IFC Discusses "Concept Paper" on Disclosure Policy

6 August 2004

The International Finance Corporation, having announced plans to review its six-year-old disclosure policy, appears to be starting with a very general statement of concepts likely to disappoint transparency advocates.

A draft of a July 13 “Concept Paper” provided to freedominfo.org “attempts to define the framework for a new approach to disclosure issues.” The document, recently discussed by a key IFC committee, is intended to lay the groundwork for five “regional” external consultations and “other focused sessions with stakeholder groups.”

The 11-page document lays out pro-transparency objectives, providing they preserve the “independence” of the IFC decisionmakers, do not create significant costs or “undue” additional time requirements for IFC staff, and respect proprietary information and are “considerate of resource implications for clients.”

Already, the IFC has been engaged in fact-finding efforts on disclosure issues, and for the remainder of the year the schedule contemplates more public consultations. A draft policy is to be prepared in the December 2004- February 2005 time period.

The concept paper, quite distinct from draft policy, apparently is to be the basis for these further consultations. It aims to describe principles and discuss the “roles and responsibilities” of the client and the IFC before reaching a one paragraph conclusion. That conclusion calls transparency a “core value” of “sustainable private sector investment.” It speaks of meeting the needs for “timely information” of project-affected peoples and “supporting the governance role of the IFC’s shareholders and the public.”

The “principles based approach” envisioned does not actually result in the enumeration of principles, but does introduce the two sections dealing with the two “roles and responsibilities” sections.

In terms of the “clients,” meaning private sector borrowers, the IFC document does not discuss specific documents or steps in the process. It says generally that the clients should disclose social and environmental assessments “as soon as feasible and before they may be in final form, or fully analyzed by IFC.” Disclosures should be in local languages and should be updated as necessary as the project is completed.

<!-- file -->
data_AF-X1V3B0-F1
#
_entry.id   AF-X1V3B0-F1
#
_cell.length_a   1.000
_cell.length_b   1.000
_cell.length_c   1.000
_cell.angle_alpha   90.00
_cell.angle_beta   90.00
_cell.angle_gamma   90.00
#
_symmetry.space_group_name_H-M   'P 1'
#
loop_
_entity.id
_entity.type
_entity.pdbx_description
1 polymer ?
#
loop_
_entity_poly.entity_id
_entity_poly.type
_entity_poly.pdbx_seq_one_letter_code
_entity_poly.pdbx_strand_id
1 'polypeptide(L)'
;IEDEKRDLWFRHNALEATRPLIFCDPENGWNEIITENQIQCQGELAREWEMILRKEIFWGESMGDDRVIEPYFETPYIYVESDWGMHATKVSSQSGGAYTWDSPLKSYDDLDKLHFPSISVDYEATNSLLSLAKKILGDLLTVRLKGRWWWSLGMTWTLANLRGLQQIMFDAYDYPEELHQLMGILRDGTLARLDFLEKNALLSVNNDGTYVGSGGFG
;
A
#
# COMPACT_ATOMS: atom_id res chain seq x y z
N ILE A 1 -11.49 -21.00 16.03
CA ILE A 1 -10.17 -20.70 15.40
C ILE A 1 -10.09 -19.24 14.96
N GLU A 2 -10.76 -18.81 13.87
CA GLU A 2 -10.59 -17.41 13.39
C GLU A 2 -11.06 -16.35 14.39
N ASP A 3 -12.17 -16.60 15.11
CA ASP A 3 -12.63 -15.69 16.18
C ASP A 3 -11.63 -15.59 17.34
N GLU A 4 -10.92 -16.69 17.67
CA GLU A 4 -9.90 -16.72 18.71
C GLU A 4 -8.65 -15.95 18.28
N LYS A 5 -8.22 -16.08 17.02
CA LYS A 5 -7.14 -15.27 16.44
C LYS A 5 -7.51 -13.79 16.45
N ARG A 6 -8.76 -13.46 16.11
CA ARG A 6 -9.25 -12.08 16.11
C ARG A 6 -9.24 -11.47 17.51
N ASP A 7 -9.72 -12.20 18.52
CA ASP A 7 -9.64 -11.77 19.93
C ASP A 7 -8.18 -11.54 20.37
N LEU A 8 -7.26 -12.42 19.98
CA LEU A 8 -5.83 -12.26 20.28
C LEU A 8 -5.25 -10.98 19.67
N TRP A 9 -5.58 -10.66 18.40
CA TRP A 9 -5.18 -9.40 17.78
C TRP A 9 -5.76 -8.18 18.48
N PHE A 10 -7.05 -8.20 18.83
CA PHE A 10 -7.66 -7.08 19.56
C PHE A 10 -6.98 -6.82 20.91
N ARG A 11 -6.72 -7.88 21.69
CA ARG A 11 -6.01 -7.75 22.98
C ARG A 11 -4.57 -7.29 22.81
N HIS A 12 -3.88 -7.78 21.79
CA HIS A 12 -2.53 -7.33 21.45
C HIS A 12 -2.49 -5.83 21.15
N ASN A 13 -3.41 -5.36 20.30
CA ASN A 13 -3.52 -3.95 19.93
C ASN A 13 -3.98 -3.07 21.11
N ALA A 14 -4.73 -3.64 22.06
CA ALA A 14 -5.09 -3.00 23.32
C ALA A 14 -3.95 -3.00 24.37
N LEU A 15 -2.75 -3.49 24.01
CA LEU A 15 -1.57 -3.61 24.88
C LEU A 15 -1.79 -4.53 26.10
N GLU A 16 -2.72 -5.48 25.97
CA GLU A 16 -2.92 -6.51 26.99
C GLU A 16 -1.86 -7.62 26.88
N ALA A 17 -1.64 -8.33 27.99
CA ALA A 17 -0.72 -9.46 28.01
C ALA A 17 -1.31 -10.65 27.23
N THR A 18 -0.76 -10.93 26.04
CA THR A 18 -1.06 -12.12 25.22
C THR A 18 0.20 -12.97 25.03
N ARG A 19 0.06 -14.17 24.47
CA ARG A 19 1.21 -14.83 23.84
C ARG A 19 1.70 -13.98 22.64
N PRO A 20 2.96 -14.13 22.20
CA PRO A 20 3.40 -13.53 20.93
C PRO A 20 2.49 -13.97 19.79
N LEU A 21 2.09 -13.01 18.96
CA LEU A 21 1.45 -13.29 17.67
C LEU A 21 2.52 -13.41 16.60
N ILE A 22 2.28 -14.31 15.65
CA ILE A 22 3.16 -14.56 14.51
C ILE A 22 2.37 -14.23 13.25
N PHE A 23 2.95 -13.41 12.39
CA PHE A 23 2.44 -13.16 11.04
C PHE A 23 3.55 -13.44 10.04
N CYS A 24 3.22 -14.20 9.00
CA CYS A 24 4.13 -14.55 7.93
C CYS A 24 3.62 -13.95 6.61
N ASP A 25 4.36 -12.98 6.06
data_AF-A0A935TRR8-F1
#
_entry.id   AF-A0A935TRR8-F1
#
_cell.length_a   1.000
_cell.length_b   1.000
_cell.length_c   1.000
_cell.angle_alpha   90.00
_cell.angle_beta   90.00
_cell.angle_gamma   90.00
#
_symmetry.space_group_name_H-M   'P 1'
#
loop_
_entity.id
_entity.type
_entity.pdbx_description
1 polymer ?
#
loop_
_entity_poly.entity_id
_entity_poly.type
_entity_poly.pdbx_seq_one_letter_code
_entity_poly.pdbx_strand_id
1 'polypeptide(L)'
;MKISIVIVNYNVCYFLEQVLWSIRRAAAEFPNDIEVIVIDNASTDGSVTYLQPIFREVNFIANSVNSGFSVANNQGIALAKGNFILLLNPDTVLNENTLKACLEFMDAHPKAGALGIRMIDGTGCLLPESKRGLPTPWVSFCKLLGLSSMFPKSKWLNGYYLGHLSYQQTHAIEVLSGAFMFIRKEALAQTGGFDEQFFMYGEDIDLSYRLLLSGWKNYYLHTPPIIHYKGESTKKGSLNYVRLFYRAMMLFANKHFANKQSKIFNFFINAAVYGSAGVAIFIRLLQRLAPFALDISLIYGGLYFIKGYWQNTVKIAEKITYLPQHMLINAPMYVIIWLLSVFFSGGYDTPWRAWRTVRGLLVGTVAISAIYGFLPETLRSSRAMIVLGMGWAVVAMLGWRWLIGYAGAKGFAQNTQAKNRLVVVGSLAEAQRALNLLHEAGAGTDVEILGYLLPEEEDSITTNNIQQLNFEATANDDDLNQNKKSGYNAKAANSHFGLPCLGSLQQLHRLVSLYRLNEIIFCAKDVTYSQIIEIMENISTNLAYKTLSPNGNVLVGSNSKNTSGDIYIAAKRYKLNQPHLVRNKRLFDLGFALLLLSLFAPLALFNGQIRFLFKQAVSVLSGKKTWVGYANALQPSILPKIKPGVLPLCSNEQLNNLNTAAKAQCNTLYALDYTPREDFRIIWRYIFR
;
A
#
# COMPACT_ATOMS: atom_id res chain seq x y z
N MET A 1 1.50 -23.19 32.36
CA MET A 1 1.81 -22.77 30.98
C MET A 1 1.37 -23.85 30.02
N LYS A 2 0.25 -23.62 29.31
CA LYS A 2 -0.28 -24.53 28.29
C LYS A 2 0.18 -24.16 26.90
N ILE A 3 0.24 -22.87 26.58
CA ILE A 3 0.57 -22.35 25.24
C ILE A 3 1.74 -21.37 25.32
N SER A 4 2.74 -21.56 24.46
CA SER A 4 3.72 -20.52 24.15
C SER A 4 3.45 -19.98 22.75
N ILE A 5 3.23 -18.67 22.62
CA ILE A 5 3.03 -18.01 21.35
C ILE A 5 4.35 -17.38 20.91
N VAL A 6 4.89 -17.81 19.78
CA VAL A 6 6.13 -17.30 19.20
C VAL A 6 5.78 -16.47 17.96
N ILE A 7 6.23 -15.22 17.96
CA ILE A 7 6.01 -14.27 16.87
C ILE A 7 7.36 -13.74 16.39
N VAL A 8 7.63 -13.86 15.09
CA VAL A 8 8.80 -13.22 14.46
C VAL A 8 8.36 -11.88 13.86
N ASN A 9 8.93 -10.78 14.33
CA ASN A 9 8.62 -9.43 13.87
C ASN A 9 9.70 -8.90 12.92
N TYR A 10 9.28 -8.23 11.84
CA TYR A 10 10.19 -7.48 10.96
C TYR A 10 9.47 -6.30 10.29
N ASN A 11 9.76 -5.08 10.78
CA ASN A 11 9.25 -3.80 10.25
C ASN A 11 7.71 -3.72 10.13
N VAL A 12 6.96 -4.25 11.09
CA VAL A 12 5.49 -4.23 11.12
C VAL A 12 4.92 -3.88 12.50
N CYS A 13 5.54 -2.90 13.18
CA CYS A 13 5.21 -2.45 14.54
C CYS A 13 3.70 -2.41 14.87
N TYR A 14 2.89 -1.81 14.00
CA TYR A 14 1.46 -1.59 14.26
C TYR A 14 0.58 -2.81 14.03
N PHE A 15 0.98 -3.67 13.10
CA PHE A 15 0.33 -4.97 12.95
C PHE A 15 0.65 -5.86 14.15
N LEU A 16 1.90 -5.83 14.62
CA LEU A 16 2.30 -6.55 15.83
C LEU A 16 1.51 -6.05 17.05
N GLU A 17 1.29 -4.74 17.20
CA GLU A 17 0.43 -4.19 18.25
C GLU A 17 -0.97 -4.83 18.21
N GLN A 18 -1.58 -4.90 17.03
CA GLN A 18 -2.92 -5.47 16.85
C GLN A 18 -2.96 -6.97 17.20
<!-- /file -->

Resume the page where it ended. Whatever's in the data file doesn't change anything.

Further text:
The IFC also hints that other disclosures of a clients’ documents on social and environmental assessments will occur once the IFC has determined that “it is likely to proceed” with the projects.

As for the disclosure of IFC-generated documents, the concept paper envisions an expanded “Summary of Project Information,” which is a brief, factual summary that now is supposed to be released 30 days prior to the date for board consideration. The concept paper does not suggest any specific time frame for the earlier release of information indicating that a project is under consideration.

The IFC requires that the environmental impact assessments for “category A” projects, those with significant environmental impacts, would be released 60 days prior to board consideration. Earlier releases, the concept paper notes “would mean that clients and/or IFC might be asked questions on environmental and social issues in projects that they may not be in the position to fully address at that time.”

Post-approval reports on projects apparently would be the sole responsibility of the clients. The IFC paper frowns on revealing more project assessment information for individual projects, saying that to do so “may affect a company’s competitive position.”

Instead the IFC paper proposes to provide greater detail and more systematic disclosure of “aggregate development results.”

The concept paper suggests slight liberalization in the occasional, discretionary, post-consideration release of IFC strategy or policy papers.

Disclosure of minutes from IFC board meetings is recommended, but minutes of executive board sessions or the “summaries” of meetings would not be disclosed, the concept paper suggests.

By Toby McIntosh

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ABOUT IFTI WATCH

In this column, Washington, D.C.-based journalist Toby J. McIntosh reports on the latest developments in information disclosure in International Financial and Trade Institutions (IFTI).
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